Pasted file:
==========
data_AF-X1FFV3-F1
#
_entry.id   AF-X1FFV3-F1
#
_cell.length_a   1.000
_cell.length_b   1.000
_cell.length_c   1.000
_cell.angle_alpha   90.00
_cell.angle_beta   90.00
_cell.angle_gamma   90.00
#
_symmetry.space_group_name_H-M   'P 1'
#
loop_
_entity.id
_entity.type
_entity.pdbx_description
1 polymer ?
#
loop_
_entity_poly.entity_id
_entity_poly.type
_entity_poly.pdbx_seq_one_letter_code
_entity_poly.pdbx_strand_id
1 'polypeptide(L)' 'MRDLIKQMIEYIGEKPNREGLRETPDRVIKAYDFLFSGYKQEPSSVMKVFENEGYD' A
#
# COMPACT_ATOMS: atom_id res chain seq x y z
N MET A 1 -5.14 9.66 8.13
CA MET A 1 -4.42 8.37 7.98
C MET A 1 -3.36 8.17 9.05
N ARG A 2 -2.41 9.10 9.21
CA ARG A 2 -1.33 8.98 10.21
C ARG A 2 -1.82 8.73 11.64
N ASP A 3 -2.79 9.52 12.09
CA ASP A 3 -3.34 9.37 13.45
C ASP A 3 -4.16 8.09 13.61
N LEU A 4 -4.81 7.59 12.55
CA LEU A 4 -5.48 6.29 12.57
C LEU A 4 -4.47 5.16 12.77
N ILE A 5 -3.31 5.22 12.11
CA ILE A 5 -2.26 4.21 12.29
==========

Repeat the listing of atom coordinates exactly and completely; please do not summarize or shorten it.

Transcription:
data_AF-X1FFV3-F1
#
_entry.id   AF-X1FFV3-F1
#
_cell.length_a   1.000
_cell.length_b   1.000
_cell.length_c   1.000
_cell.angle_alpha   90.00
_cell.angle_beta   90.00
_cell.angle_gamma   90.00
#
_symmetry.space_group_name_H-M   'P 1'
#
loop_
_entity.id
_entity.type
_entity.pdbx_description
1 polymer ?
#
loop_
_entity_poly.entity_id
_entity_poly.type
_entity_poly.pdbx_seq_one_letter_code
_entity_poly.pdbx_strand_id
1 'polypeptide(L)' 'MRDLIKQMIEYIGEKPNREGLRETPDRVIKAYDFLFSGYKQEPSSVMKVFENEGYD' A
#
# COMPACT_ATOMS: atom_id res chain seq x y z
N MET A 1 -5.14 9.66 8.13
CA MET A 1 -4.42 8.37 7.98
C MET A 1 -3.36 8.17 9.05
N ARG A 2 -2.41 9.10 9.21
CA ARG A 2 -1.33 8.98 10.21
C ARG A 2 -1.82 8.73 11.64
N ASP A 3 -2.79 9.52 12.09
CA ASP A 3 -3.34 9.37 13.45
C ASP A 3 -4.16 8.09 13.61
N LEU A 4 -4.81 7.59 12.55
CA LEU A 4 -5.48 6.29 12.57
C LEU A 4 -4.47 5.16 12.77
N ILE A 5 -3.31 5.22 12.11
CA ILE A 5 -2.26 4.21 12.29